Changing the world with music

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Liz Shropshire was going to have a "me" vacation in 1999 by backpacking through Europe; instead, she decided to change her life's direction, and the lives of some 10,000 children.

While listening to the radio, Shropshire heard about the Albanian refugee camps in Kosovo, a country hit hard by the ethnic cleansing campaign of Siberian forces in 1998-99. It made her re-examine her life.

"I felt like my life was very self-centered," said Shropshire, who was a composer and music teacher living in Los Angeles at the time of her epiphany. "So I started looking for something I could do with my life."

Gone were her backpacking plans, replaced by thoughts of how she could volunteer in Kosovo.

Eventually, friends convinced her to take music to the war-torn land. Through donations and the emptying of her savings account, Shropshire headed to Gjakove - a Kosovo town filled with Albanian refugee camps - armed with $5,000 worth of musical instruments.

The highly educated musician took with her mainly penny whistles and harmonicas.

"I wanted them to have something small enough to put in their pockets," she explained from her Litchfield Park home.

She taught children in a refugee camp of about 350 people (of whom only three were men) as well as at local schools, how to play the instruments on that first trip.

"I thought the instruments would be the big thing, but it was the fact that I was there," Shropshire said. "I fell in love with these people who were so grateful to be alive.

"When I told them I was leaving after six weeks, the children started to cry. 'You can't go; nobody is doing anything for us,' they said. I promised them I would return."

She more than kept her promise, forming the Shropshire Music Foundation the following year, which has gone on to teach music to more than 10,000 children in such war-torn lands as Kosovo, Uganda and Northern Ireland.

The staple instruments of SMF are the penny whistle and harmonica, though programs have also used drums, guitars, ukuleles and singing.

After that first trip, she knew the foundation was something that needed to be established.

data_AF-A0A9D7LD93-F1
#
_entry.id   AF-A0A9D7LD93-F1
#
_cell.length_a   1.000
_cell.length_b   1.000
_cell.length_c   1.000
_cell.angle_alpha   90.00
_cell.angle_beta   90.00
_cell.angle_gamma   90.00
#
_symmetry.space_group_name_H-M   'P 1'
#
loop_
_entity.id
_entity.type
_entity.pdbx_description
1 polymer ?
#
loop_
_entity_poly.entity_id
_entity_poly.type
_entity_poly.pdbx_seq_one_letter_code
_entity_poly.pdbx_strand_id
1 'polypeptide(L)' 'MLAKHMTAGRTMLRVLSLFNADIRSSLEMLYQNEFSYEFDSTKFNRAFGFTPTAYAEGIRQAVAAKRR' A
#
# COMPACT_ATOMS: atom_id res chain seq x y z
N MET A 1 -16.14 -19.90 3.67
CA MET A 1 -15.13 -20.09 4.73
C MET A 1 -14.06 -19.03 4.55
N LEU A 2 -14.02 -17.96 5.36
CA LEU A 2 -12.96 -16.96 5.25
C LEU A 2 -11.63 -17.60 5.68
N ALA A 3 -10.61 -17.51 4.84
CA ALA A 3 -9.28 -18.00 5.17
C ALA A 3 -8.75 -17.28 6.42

"Within three days of getting into Kosovo, I knew this is what I wanted to do with my life," the 50-year-old said. "I couldn't go back to my me-centered life.

"These kids had no control over anything in their life," she recalled. "So we give them these instruments [to control], and the great thing about these instruments, they sound good the first time you pick them up."

Kosovo kids
Erblina Vokshi can attest to that.

The 25-year-old West Palm Beach, Fla.-resident was 12 years old and living in Kosovo when she first met Shropshire in 1999.

"She started teaching and I approached her and asked her if she needed help translating," she recalled.

Vokshi didn't realize it at the time, but she was instrumental in developing the structure for Shropshire Music Foundation.

SMF uses local teenagers as volunteer teachers. Most of the time, children progress through SMF classes and as they get older are trained to be the teachers, Shropshire said.

The foundation taught children in Kosovo camps through 2003 - SMF classes are still in the schools there - and every teenager who volunteered for Shropshire in those first five years has gone on to college, she said.

"They are all off in college or graduated by now," Shropshire said of her first batch of volunteers. "And of the kids who stayed in the music program, 100 percent had gone on to high school and all but one went on to college. In an environment where only 60 percent of the children go to high school, that is amazing to me. Seeing that music can change the world is an eye-opening experience for me."

Music and Shropshire definitely changed Vokshi's world.

"She really helped me become a better leader and be involved with the kids," Vokshi told the View via a telephone interview.

Working for Shropshire helped Vokshi become more responsible and "improved my [English] language," she said.

All the newfound skills paid off for Vokshi when she came to America for a better education, she said.

After graduating from Northern Arizona University, and then graduate school at Arizona State University, Vokshi is now a civil engineer in Florida.

"After the war, not much was going on for children our age," Vokshi recalled. "She was one of the first to come and do something for us, and not just to teach her music, but entertain."

Vokshi needed some entertainment after her war experiences.

"We had to move all the time," she said. "A lot of people migrated and lived in camps, we decided to stay there; it was very dangerous."

Rich Ott
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